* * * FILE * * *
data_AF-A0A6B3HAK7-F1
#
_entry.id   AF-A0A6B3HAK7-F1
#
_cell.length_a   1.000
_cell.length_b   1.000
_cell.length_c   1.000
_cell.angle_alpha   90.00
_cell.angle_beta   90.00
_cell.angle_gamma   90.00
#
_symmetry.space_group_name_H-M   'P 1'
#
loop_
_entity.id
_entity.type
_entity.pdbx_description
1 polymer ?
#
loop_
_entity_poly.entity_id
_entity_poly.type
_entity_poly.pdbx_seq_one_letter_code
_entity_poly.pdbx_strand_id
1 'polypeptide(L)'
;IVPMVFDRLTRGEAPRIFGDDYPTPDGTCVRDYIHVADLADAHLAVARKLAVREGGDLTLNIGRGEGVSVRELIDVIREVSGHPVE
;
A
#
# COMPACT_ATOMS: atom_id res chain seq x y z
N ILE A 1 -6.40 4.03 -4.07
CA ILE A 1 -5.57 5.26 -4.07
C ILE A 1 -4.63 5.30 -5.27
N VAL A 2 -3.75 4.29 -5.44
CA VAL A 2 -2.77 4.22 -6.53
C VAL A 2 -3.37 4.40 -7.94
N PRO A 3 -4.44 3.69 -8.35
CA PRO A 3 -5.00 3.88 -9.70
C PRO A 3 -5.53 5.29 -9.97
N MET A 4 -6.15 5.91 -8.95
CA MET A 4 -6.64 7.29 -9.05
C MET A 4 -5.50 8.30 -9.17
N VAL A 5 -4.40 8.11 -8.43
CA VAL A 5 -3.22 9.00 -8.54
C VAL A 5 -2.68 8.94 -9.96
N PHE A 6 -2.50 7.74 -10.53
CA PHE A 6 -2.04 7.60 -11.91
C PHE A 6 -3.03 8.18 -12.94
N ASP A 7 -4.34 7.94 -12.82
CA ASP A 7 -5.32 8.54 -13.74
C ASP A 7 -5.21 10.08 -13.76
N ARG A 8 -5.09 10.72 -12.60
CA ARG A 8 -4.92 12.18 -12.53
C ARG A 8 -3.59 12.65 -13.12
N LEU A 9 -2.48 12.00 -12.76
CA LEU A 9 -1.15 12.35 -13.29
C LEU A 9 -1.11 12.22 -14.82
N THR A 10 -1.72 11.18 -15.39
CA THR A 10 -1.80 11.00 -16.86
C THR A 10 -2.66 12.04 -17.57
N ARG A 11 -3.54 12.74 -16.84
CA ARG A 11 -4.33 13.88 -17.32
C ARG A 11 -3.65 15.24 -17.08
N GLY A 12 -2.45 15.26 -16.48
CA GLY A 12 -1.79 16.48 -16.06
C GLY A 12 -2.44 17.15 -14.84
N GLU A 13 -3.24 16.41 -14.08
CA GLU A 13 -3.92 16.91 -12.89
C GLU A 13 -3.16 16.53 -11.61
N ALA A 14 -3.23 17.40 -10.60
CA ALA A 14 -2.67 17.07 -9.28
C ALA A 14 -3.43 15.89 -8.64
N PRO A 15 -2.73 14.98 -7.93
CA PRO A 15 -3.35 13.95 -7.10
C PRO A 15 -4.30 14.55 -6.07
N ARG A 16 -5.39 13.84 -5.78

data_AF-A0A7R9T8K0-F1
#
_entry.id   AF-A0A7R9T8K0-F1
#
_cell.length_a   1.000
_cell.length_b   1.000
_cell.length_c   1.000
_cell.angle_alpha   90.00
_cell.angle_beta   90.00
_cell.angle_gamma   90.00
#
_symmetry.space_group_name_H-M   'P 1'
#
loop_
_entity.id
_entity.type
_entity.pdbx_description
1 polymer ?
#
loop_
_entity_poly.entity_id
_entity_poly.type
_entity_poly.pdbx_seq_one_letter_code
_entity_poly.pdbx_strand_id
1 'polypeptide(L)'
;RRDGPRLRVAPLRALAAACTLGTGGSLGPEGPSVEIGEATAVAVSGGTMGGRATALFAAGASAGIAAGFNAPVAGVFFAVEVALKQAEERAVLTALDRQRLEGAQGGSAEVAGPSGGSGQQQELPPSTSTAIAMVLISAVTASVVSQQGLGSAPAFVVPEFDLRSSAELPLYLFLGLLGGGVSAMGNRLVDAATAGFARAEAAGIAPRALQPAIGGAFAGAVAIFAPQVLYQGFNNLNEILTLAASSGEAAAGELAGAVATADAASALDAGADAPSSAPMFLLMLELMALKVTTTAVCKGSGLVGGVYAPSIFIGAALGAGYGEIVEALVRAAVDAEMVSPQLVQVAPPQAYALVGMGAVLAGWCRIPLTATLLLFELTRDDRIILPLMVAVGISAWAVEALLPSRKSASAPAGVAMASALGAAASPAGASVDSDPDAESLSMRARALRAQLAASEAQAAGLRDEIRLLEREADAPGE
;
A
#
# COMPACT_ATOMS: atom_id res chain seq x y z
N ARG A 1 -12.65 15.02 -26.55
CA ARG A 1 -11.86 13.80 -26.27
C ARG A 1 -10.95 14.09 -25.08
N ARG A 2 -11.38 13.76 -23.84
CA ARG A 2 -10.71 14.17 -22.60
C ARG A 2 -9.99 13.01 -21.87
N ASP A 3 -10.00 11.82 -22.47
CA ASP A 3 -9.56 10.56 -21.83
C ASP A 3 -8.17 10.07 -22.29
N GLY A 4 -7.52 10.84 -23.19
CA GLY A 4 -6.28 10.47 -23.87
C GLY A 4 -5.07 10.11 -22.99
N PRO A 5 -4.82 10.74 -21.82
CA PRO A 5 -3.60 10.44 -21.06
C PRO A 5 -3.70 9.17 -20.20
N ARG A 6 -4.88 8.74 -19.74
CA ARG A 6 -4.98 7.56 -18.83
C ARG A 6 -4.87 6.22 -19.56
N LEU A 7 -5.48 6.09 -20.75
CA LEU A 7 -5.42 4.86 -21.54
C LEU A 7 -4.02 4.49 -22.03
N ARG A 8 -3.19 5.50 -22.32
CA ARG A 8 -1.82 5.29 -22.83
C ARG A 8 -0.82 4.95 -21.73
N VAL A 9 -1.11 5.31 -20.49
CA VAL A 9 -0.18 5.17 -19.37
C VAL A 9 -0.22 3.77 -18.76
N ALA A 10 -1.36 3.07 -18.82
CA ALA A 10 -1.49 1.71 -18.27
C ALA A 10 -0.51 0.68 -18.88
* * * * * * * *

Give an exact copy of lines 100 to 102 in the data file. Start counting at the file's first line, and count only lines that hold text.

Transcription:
_entity_poly.pdbx_strand_id
1 'polypeptide(L)'
;RRDGPRLRVAPLRALAAACTLGTGGSLGPEGPSVEIGEATAVAVSGGTMGGRATALFAAGASAGIAAGFNAPVAGVFFAVEVALKQAEERAVLTALDRQRLEGAQGGSAEVAGPSGGSGQQQELPPSTSTAIAMVLISAVTASVVSQQGLGSAPAFVVPEFDLRSSAELPLYLFLGLLGGGVSAMGNRLVDAATAGFARAEAAGIAPRALQPAIGGAFAGAVAIFAPQVLYQGFNNLNEILTLAASSGEAAAGELAGAVATADAASALDAGADAPSSAPMFLLMLELMALKVTTTAVCKGSGLVGGVYAPSIFIGAALGAGYGEIVEALVRAAVDAEMVSPQLVQVAPPQAYALVGMGAVLAGWCRIPLTATLLLFELTRDDRIILPLMVAVGISAWAVEALLPSRKSASAPAGVAMASALGAAASPAGASVDSDPDAESLSMRARALRAQLAASEAQAAGLRDEIRLLEREADAPGE